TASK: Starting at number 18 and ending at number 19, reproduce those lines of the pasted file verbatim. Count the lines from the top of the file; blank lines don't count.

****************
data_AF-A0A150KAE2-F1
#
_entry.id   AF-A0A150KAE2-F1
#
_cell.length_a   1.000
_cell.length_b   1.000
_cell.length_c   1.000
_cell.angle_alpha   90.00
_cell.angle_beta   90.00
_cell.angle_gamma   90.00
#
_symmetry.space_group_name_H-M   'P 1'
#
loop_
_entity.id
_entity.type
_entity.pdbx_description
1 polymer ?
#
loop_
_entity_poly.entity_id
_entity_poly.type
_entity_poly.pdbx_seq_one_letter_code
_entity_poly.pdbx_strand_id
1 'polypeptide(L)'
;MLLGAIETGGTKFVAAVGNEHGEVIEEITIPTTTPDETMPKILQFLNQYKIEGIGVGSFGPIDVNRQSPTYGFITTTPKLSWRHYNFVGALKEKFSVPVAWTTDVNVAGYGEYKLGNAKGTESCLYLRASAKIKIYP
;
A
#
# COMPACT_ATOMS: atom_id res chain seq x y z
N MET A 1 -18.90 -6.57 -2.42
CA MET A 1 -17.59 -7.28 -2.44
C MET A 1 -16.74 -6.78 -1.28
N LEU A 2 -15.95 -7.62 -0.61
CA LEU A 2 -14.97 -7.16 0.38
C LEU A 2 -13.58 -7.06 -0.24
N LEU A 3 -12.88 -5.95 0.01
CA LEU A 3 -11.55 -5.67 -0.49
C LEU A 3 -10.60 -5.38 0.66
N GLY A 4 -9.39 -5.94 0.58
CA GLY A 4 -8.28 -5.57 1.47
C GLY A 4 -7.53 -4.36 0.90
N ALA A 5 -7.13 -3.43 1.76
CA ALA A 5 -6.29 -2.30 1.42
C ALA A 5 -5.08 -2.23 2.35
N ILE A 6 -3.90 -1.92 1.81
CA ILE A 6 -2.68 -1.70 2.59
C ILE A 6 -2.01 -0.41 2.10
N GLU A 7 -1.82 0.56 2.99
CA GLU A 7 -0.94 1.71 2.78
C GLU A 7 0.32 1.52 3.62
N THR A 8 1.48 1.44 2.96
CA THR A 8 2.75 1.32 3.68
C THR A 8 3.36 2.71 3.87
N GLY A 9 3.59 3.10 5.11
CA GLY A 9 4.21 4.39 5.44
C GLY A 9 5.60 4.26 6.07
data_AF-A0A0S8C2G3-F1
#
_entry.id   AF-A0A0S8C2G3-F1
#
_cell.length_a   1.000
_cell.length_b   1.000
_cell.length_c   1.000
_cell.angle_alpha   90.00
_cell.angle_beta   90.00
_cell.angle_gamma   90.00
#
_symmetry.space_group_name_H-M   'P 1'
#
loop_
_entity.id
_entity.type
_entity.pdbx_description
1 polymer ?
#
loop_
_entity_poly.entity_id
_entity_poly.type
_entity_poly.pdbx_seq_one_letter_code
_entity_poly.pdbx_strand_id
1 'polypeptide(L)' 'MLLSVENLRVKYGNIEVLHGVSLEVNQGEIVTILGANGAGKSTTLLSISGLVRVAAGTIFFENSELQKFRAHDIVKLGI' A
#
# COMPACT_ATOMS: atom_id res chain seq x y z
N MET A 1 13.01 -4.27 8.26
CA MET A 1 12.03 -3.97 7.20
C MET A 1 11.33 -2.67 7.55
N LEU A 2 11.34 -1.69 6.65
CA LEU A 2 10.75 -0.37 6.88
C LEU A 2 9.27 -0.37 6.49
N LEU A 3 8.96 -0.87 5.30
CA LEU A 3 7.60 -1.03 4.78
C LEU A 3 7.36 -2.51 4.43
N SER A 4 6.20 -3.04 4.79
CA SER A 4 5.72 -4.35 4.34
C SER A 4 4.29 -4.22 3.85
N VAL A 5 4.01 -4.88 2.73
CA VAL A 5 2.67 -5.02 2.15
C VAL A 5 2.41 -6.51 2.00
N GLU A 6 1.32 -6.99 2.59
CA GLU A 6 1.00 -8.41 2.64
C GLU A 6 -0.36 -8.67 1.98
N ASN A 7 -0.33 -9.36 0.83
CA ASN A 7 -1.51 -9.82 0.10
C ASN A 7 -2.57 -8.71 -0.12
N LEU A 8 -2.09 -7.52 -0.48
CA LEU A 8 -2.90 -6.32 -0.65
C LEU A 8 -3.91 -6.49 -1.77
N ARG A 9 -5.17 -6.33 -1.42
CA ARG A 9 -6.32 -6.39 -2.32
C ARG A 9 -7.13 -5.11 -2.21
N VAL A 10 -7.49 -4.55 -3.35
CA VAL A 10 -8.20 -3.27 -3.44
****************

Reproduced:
1 polymer ?
#